Just like a family decides how to manage it’s monthly budget, governments must decide how to mange their budgets as well. Just like a family decides what the priorities must be, governments must decide what their priorities as well.
Life is a constant struggle between what a person needs and what a person wants, particularly when it comes to financial matters. Government is not immune to this conflict. There are many things that it would be nice if government could do them, but there are a few specific things that government, particularly at the local level, must do.
Just like a family must spend a portion of its monthly budget on food, clothing, and shelter a local government must, at its most elemental level, provide for the rule of law. Most school children can recite the second sentence of the Declaration of Independence:
We hold these truths to be self- evident, that all men are created equal, that they are endowed by their Creator with certain unalienable rights, that among these are Life, Liberty, and the Pursuit of Happiness.
The third sentence then begins:
That in order to secure these Rights, Governments are instituted among men…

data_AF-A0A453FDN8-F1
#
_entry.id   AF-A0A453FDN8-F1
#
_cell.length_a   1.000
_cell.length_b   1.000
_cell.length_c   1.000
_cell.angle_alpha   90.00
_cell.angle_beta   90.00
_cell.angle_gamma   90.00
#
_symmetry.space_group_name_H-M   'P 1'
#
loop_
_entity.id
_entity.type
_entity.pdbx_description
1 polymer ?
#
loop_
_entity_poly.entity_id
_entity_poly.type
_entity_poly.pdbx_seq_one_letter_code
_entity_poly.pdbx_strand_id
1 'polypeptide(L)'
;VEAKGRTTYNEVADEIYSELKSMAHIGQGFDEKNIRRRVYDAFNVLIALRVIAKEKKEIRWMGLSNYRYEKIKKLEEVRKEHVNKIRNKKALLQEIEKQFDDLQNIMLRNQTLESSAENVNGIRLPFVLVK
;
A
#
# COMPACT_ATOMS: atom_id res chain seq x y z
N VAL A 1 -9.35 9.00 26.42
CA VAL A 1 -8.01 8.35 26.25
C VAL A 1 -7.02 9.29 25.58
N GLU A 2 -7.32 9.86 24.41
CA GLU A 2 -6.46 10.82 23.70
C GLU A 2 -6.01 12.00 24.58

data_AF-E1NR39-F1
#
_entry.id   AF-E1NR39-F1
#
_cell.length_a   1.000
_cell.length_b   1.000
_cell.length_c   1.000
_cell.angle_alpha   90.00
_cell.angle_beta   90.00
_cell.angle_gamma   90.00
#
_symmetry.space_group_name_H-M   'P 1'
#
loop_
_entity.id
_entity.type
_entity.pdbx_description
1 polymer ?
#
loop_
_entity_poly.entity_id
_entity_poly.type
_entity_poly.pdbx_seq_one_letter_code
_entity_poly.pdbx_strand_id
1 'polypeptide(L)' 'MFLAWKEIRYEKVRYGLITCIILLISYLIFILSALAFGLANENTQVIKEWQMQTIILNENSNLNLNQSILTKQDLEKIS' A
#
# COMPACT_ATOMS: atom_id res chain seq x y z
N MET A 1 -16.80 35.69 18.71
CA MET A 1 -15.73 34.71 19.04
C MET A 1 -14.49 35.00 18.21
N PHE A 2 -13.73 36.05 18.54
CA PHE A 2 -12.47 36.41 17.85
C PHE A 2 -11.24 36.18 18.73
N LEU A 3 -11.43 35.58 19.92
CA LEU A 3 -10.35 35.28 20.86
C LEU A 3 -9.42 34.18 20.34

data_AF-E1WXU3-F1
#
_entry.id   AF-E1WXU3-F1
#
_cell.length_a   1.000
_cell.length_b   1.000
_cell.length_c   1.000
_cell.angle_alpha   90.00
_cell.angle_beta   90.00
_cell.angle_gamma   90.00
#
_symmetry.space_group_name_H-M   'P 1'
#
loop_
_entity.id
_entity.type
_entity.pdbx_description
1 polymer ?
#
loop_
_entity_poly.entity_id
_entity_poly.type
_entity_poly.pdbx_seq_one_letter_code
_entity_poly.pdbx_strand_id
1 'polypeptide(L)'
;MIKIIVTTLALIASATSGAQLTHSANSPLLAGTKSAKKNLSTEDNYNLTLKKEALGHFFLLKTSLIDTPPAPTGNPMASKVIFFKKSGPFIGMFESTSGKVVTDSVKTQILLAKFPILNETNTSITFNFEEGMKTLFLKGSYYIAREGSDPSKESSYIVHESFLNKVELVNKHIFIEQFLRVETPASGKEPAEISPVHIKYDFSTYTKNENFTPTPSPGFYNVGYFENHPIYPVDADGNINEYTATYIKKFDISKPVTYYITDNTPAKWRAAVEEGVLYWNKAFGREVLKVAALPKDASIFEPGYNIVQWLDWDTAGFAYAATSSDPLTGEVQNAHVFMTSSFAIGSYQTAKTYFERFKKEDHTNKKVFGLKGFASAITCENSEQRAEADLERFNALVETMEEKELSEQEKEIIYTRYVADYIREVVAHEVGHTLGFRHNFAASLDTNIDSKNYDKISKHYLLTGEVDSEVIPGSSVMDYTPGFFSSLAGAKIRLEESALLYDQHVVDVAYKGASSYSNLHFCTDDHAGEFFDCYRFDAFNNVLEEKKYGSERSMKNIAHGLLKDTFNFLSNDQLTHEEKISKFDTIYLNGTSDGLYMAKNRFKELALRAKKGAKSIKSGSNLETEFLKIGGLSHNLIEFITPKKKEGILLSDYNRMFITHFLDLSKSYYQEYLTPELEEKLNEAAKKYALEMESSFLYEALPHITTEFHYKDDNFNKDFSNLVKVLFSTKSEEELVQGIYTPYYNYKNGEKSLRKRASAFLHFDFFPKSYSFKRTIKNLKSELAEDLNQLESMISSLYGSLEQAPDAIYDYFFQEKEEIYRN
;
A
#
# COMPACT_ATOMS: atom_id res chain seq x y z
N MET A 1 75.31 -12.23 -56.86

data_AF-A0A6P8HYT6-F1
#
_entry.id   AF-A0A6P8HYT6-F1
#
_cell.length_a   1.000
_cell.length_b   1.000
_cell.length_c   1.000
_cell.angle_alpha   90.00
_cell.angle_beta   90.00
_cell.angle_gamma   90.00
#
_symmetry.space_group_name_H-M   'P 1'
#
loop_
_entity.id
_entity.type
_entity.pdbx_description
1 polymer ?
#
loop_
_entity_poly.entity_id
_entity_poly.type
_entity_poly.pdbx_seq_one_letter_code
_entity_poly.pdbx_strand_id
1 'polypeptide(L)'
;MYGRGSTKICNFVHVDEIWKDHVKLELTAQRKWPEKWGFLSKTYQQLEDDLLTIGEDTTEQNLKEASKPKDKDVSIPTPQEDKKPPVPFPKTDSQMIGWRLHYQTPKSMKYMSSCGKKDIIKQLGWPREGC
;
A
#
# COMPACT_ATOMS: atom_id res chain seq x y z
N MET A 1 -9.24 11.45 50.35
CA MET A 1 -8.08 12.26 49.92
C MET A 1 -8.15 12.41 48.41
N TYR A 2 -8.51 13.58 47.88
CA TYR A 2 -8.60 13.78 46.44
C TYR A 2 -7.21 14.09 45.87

Once the necessity of government is realized, the question of its responsibilities soon arises. We choose to have governments in this country because we believe they are necessary to secure our unalienable rights. To further secure them, we charge that government with the creation of a just system of laws defining what conduct and behavior our society will tolerate. We must have a system of courts that can be trusted to adjudicate disputes in a fair and impartial manner. And we must, at the tip of the spear, have a cadre of dedicated men and women prepared to enforce the laws fairly, to investigate violations of those laws, and to apprehend those that would break those laws.
If a city’s citizens are unable to leave their homes without jeopardizing their physical safety (their Life) due to an escalation in the crime rate then the community will fail. If a businessman can’t enter into a contract without fear because he believes that he will be defrauded by those smarter than he and that he will have little or no legal recourse, commerce will fail. What good is it to have a park if no one will use it for fear of being raped, robbed, or murdered? What good is it to have a Chamber of Commerce or to market your city for development if the city’s government has failed at providing for the rule of law? To put it bluntly, Lexington can’t have nice things if it can’t protect them.
Over the coming weeks and months we hope to foster discussion in the community about what Lexington needs versus what Lexington wants. Please join us in making that discussion productive.